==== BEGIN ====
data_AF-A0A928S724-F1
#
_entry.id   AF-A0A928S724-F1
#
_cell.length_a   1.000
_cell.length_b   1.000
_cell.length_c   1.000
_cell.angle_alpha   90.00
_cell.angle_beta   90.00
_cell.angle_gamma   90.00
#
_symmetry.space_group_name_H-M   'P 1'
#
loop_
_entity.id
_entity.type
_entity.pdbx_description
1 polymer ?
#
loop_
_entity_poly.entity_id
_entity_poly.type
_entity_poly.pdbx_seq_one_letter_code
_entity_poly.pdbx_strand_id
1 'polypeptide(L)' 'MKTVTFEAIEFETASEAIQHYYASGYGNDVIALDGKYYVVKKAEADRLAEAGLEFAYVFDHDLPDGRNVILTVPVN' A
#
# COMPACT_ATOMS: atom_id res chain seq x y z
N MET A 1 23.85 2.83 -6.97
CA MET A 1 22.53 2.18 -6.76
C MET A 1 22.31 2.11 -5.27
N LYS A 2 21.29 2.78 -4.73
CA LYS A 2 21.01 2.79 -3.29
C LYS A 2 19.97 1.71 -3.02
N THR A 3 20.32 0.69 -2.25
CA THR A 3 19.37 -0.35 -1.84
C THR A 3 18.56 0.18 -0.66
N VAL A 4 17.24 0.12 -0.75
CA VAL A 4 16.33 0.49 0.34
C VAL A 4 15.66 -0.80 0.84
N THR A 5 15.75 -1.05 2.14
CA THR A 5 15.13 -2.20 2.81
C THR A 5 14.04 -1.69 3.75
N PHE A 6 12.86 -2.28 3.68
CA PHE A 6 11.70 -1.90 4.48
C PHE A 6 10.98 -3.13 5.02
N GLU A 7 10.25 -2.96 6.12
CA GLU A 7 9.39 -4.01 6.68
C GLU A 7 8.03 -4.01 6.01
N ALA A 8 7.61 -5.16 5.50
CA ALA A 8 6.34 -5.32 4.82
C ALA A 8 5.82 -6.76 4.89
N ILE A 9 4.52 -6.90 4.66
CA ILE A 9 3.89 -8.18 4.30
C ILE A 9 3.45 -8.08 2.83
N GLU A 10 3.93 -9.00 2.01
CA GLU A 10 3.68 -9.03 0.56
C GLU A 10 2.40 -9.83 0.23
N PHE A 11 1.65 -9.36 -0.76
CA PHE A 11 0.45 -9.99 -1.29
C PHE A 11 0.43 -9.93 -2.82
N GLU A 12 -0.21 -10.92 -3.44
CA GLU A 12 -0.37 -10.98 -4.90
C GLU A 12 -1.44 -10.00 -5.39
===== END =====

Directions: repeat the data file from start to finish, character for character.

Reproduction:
data_AF-A0A928S724-F1
#
_entry.id   AF-A0A928S724-F1
#
_cell.length_a   1.000
_cell.length_b   1.000
_cell.length_c   1.000
_cell.angle_alpha   90.00
_cell.angle_beta   90.00
_cell.angle_gamma   90.00
#
_symmetry.space_group_name_H-M   'P 1'
#
loop_
_entity.id
_entity.type
_entity.pdbx_description
1 polymer ?
#
loop_
_entity_poly.entity_id
_entity_poly.type
_entity_poly.pdbx_seq_one_letter_code
_entity_poly.pdbx_strand_id
1 'polypeptide(L)' 'MKTVTFEAIEFETASEAIQHYYASGYGNDVIALDGKYYVVKKAEADRLAEAGLEFAYVFDHDLPDGRNVILTVPVN' A
#
# COMPACT_ATOMS: atom_id res chain seq x y z
N MET A 1 23.85 2.83 -6.97
CA MET A 1 22.53 2.18 -6.76
C MET A 1 22.31 2.11 -5.27
N LYS A 2 21.29 2.78 -4.73
CA LYS A 2 21.01 2.79 -3.29
C LYS A 2 19.97 1.71 -3.02
N THR A 3 20.32 0.69 -2.25
CA THR A 3 19.37 -0.35 -1.84
C THR A 3 18.56 0.18 -0.66
N VAL A 4 17.24 0.12 -0.75
CA VAL A 4 16.33 0.49 0.34
C VAL A 4 15.66 -0.80 0.84
N THR A 5 15.75 -1.05 2.14
CA THR A 5 15.13 -2.20 2.81
C THR A 5 14.04 -1.69 3.75
N PHE A 6 12.86 -2.28 3.68
CA PHE A 6 11.70 -1.90 4.48
C PHE A 6 10.98 -3.13 5.02
N GLU A 7 10.25 -2.96 6.12
CA GLU A 7 9.39 -4.01 6.68
C GLU A 7 8.03 -4.01 6.01
N ALA A 8 7.61 -5.16 5.50
CA ALA A 8 6.34 -5.32 4.82
C ALA A 8 5.82 -6.76 4.89
N ILE A 9 4.52 -6.90 4.66
CA ILE A 9 3.89 -8.18 4.30
C ILE A 9 3.45 -8.08 2.83
N GLU A 10 3.93 -9.00 2.01
CA GLU A 10 3.68 -9.03 0.56
C GLU A 10 2.40 -9.83 0.23
N PHE A 11 1.65 -9.36 -0.76
CA PHE A 11 0.45 -9.99 -1.29
C PHE A 11 0.43 -9.93 -2.82
N GLU A 12 -0.21 -10.92 -3.44
CA GLU A 12 -0.37 -10.98 -4.90
C GLU A 12 -1.44 -10.00 -5.39